On October 17 2011 Coca-Cola filed an appeal with OHIM pursuant to Articles 58 to 64 of the regulation. The Second Board of Appeal dismissed the appeal, concluding, by decision of August 29 2012, that there was no likelihood of confusion between the signs.

Coca-Cola appealed to the General Court, alleging breach of Article 8(5) of the regulation. This time, the complaint was upheld.         

In particular, the court analysed the plea in law raised by Coca-Cola which was divided into two parts, alleging  that:

  1. the Board of Appeal had conflated the issue of the similarity of the marks under Article 8(1)(b) with the issue of the link between the marks under Article 8(5); and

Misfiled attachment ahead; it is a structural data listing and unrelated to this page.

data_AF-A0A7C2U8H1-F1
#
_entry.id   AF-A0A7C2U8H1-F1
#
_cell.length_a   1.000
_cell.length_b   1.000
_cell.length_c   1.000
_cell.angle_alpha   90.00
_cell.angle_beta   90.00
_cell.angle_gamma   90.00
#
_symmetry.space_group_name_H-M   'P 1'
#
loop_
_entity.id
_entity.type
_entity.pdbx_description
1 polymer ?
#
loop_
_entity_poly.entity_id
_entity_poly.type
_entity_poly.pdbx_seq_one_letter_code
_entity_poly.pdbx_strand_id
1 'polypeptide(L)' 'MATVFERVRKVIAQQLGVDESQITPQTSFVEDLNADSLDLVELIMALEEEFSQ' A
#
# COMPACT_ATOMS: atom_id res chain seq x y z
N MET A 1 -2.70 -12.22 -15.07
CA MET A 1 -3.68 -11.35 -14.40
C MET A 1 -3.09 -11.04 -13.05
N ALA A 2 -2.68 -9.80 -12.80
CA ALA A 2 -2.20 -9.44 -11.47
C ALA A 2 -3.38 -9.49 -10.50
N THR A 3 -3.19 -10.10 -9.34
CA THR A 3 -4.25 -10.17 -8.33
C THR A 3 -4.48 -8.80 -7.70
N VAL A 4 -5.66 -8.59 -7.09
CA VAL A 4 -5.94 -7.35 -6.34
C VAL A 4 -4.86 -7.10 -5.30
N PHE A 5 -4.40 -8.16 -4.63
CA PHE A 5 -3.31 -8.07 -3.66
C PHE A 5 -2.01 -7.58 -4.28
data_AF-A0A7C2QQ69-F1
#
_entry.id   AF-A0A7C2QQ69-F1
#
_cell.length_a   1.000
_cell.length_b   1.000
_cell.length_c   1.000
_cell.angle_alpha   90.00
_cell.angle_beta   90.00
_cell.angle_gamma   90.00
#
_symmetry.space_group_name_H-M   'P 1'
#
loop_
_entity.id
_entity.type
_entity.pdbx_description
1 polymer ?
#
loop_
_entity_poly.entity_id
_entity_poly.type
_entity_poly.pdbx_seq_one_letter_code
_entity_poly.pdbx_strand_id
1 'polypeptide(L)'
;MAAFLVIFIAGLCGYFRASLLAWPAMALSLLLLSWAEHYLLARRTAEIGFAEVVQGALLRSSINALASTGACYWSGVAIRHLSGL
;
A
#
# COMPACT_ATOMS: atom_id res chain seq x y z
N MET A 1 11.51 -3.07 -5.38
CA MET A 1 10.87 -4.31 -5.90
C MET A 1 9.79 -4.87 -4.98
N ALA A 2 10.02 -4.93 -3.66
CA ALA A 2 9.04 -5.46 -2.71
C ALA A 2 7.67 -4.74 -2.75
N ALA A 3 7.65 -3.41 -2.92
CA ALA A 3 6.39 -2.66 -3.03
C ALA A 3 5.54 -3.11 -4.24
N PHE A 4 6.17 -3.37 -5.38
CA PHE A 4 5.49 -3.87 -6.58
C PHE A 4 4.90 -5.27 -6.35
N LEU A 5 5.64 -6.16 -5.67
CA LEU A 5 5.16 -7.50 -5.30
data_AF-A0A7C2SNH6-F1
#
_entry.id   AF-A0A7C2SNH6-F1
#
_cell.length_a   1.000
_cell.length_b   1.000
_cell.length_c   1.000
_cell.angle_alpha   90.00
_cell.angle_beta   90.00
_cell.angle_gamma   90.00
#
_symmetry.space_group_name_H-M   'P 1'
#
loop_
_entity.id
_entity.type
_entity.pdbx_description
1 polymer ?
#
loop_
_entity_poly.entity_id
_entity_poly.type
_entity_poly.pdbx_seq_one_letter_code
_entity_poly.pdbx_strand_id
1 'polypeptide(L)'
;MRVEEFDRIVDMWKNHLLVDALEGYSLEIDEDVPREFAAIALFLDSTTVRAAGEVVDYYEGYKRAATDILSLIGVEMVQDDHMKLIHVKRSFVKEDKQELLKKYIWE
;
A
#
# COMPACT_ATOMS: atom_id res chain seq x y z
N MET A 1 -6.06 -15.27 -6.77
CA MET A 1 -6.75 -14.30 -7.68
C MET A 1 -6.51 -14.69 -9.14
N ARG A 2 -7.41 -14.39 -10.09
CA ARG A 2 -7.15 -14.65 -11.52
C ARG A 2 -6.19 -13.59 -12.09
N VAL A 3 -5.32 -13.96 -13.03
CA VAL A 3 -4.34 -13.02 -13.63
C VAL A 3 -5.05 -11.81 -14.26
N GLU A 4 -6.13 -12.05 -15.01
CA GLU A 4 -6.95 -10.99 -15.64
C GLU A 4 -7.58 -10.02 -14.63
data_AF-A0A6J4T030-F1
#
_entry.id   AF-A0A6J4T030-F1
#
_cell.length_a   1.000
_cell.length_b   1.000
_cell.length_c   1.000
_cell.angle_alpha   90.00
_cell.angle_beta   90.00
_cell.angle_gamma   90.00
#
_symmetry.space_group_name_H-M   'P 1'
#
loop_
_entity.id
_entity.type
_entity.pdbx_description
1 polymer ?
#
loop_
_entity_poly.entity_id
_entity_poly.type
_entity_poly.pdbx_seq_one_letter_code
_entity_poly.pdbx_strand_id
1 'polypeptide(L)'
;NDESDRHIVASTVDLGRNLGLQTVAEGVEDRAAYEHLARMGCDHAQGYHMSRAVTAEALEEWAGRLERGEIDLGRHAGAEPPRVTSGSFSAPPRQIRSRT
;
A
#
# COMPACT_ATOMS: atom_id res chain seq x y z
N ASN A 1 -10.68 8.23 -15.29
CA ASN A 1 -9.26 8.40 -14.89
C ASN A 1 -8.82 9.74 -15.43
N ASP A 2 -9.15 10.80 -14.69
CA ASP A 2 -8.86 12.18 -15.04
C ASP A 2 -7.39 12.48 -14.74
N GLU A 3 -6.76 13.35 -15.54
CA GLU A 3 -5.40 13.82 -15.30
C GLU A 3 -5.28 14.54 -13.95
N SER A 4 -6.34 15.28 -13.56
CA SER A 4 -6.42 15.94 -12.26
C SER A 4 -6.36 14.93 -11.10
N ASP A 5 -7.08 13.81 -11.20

2. the board had disregarded evidence relating to the commercial use of the mark applied for, which was relevant for the purposes of demonstrating Mitico’s intention of taking advantage of the earlier marks’ reputation.

As far as the first part of the plea was concerned, the General Court first emphasised that, if the marks at issue were not similar, Article 8(5) would not be enforceable and, therefore, the application should be granted. According to the abovementioned provision, exclusion from registration is subject to three cumulative conditions, namely:

  1. the identity or similarity of the marks at issue;
  2. the reputation of the earlier mark; and
  3. the risk that the use of the opposed mark without due cause would take unfair advantage of, or be detrimental to, the distinctive character or the repute of the earlier mark.